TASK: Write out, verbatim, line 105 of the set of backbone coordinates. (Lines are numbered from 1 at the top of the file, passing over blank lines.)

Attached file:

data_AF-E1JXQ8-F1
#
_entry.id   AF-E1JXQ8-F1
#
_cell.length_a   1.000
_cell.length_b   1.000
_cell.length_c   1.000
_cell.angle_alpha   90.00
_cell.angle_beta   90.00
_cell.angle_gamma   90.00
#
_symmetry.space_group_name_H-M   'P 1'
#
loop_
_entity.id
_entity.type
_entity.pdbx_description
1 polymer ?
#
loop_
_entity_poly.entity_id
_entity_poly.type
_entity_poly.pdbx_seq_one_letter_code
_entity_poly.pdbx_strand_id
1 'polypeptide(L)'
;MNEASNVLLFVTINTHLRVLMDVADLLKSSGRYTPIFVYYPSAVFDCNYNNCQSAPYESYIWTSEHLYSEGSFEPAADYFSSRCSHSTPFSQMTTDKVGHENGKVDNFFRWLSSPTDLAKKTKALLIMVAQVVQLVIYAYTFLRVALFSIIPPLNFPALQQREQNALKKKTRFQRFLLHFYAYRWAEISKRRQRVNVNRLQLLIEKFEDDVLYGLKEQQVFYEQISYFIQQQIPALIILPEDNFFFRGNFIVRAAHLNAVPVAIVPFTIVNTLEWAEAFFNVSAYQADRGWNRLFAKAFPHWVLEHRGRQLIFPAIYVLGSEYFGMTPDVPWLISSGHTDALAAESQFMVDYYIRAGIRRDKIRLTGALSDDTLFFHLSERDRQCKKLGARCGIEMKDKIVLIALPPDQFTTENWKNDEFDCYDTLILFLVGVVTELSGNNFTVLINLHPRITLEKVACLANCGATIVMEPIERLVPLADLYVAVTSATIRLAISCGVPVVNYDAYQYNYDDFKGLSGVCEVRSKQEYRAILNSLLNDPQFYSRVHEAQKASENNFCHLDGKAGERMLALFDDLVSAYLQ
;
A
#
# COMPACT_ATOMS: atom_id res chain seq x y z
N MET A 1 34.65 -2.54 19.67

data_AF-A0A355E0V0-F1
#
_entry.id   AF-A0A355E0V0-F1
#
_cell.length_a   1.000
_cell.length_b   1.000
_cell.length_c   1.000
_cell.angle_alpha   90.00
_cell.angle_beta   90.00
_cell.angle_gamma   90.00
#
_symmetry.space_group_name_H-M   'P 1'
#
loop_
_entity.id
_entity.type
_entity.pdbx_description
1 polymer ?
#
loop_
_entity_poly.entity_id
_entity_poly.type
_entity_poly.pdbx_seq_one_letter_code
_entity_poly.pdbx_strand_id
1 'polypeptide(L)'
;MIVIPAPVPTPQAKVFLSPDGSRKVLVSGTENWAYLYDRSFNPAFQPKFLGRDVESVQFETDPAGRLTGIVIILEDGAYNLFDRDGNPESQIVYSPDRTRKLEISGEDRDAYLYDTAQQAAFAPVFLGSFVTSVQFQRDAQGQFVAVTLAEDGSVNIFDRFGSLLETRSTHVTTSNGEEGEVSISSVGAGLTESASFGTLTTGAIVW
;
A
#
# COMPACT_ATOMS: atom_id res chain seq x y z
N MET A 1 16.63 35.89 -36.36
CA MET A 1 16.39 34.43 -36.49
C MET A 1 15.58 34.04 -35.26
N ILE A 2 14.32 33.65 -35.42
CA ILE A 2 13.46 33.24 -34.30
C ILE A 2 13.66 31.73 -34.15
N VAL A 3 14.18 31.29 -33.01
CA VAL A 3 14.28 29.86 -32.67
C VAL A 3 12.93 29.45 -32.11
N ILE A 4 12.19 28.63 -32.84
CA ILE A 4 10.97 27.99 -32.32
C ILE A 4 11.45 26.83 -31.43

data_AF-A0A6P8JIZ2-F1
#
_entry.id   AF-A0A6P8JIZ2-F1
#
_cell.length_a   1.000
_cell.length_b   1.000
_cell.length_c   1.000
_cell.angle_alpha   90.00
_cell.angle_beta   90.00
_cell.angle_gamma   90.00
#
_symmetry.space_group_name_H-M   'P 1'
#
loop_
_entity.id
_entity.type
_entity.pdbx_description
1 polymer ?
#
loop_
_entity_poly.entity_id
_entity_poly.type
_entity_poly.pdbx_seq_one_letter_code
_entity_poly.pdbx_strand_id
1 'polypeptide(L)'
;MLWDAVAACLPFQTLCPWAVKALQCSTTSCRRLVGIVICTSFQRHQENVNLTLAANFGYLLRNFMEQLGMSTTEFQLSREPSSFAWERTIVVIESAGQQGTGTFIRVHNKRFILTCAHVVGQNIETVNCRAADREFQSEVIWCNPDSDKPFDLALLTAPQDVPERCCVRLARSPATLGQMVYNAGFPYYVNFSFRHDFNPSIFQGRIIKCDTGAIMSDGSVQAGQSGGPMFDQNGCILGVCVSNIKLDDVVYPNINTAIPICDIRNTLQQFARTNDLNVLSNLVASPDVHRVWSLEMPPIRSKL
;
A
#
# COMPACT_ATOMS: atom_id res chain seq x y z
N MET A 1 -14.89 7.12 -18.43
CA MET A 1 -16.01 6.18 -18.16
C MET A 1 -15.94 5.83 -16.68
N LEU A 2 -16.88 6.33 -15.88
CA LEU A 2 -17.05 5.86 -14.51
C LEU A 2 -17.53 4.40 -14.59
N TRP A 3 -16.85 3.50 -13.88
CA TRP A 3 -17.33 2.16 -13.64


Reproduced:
CA MET A 1 -16.01 6.18 -18.16